The recent Ebola threat from western Africa raised unanswered questions about the scope of the U.S. federal government’s quarantine authority. For decades, a widespread assumption has existed that states have absolute control over quarantines imposed within their boundaries. This article suggests that the presumption of limited federal authority is overly restrictive and not constitutionally mandated. The history of the “shotgun quarantines” imposed during the yellow fever epidemics of the late 19th and early 20th centuries offers an alternative constitutional interpretation. This fascinating but previously untold account reveals that leading politicians of the day believed the federal government had a broad constitutional authority. The human suffering and disruption to commerce caused by the local shotgun quarantine led the South to implore Congress for legislation to remedy it – the only significant instance in which the post-Civil War South united in favor of ceding state’s rights to the federal government. The controversy faded as effective measures against yellow fever were found, only to emerge again when Ebola confronted public health policy makers a century later. Because Congress never acted, we have largely forgotten the history of these legal debates over interstate quarantine authority. In recovering that history, this Article offers a new perspective on how to manage public health crises in our federal system. The need for regulatory standards that could preempt an unnecessary, parochial local quarantine requires Congress to act.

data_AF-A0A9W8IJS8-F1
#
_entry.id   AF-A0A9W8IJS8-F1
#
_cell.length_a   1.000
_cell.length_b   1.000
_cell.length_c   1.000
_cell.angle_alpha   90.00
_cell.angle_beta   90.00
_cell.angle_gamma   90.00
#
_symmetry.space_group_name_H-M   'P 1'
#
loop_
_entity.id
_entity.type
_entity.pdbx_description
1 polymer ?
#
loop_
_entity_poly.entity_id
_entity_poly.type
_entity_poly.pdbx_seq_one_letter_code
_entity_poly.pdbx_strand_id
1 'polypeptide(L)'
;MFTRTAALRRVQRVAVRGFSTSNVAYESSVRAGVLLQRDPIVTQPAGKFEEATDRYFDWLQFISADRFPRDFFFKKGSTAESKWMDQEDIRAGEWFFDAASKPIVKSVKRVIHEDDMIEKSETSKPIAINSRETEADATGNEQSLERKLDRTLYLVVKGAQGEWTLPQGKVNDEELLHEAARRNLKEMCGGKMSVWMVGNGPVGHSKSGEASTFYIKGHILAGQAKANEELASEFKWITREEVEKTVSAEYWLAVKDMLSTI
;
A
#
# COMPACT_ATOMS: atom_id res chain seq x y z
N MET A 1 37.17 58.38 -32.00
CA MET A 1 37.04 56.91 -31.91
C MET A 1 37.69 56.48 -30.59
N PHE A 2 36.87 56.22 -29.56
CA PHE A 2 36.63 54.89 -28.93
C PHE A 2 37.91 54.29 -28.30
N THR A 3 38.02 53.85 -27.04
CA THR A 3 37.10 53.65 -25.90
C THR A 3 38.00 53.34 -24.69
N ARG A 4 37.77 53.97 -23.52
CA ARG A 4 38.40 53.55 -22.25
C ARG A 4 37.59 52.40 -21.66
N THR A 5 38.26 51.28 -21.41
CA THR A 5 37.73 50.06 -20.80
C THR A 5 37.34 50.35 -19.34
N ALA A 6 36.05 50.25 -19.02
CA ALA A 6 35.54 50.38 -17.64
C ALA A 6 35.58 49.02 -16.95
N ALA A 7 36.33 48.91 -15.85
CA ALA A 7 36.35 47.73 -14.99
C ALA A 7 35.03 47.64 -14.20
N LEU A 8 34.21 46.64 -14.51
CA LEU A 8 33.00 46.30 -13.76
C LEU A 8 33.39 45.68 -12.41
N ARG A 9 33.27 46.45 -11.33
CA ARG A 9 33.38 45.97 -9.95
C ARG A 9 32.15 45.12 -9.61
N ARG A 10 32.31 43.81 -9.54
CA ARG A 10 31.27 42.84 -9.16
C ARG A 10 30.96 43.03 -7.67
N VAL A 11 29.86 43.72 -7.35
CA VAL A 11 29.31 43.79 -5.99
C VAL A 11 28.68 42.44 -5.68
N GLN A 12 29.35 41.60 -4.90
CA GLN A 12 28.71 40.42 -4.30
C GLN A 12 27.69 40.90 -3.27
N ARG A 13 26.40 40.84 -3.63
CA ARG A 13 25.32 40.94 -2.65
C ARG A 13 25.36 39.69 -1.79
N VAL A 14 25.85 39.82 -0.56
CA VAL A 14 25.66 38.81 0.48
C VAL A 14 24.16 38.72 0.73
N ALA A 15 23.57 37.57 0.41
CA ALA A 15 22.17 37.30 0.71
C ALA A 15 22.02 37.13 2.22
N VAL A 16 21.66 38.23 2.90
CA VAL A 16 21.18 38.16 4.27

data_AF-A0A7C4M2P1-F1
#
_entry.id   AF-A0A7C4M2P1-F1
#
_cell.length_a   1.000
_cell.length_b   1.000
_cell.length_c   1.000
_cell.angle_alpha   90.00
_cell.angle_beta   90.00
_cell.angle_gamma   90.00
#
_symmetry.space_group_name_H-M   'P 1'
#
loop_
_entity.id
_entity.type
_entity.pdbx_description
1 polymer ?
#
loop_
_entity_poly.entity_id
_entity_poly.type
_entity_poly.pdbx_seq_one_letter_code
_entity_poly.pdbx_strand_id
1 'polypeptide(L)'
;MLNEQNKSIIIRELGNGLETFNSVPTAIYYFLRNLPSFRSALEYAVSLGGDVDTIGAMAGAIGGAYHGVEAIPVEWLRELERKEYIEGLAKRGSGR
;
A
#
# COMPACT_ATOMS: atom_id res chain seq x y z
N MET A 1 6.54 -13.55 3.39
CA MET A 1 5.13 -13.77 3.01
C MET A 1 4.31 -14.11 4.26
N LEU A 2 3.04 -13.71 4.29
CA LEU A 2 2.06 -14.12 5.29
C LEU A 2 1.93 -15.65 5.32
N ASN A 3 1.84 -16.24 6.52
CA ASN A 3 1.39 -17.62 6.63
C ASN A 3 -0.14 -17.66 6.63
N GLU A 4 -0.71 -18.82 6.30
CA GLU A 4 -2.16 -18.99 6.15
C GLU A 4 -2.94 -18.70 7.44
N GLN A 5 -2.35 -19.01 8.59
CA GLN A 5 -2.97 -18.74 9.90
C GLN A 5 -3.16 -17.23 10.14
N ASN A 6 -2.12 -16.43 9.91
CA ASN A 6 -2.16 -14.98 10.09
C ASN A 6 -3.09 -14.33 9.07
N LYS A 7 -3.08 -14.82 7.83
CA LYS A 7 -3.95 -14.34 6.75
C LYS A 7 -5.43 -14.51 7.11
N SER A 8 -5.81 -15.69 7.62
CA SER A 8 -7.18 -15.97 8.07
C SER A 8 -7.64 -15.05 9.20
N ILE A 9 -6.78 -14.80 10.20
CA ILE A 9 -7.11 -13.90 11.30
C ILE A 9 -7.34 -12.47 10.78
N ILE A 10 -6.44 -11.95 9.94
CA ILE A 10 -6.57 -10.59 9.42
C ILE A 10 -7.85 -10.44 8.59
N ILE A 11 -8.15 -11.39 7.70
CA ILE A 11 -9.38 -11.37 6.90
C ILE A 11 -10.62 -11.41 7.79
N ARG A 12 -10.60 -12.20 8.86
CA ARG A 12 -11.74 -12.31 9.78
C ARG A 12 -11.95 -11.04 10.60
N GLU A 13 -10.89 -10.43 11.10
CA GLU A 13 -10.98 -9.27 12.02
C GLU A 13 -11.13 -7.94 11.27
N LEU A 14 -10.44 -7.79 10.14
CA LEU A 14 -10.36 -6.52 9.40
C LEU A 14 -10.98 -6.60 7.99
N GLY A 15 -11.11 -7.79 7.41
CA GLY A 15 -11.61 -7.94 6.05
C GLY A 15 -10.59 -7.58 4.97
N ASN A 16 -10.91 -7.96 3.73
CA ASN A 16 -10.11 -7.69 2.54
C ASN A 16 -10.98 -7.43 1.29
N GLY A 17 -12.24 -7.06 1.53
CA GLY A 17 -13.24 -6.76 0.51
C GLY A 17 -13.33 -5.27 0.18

Friday, August 7, 2015
Price on the Legislative History of Yellow Fever Quarantines
Polly J. Price, Emory University School of Law, has posted A Legislative History of the Shotgun Quarantine: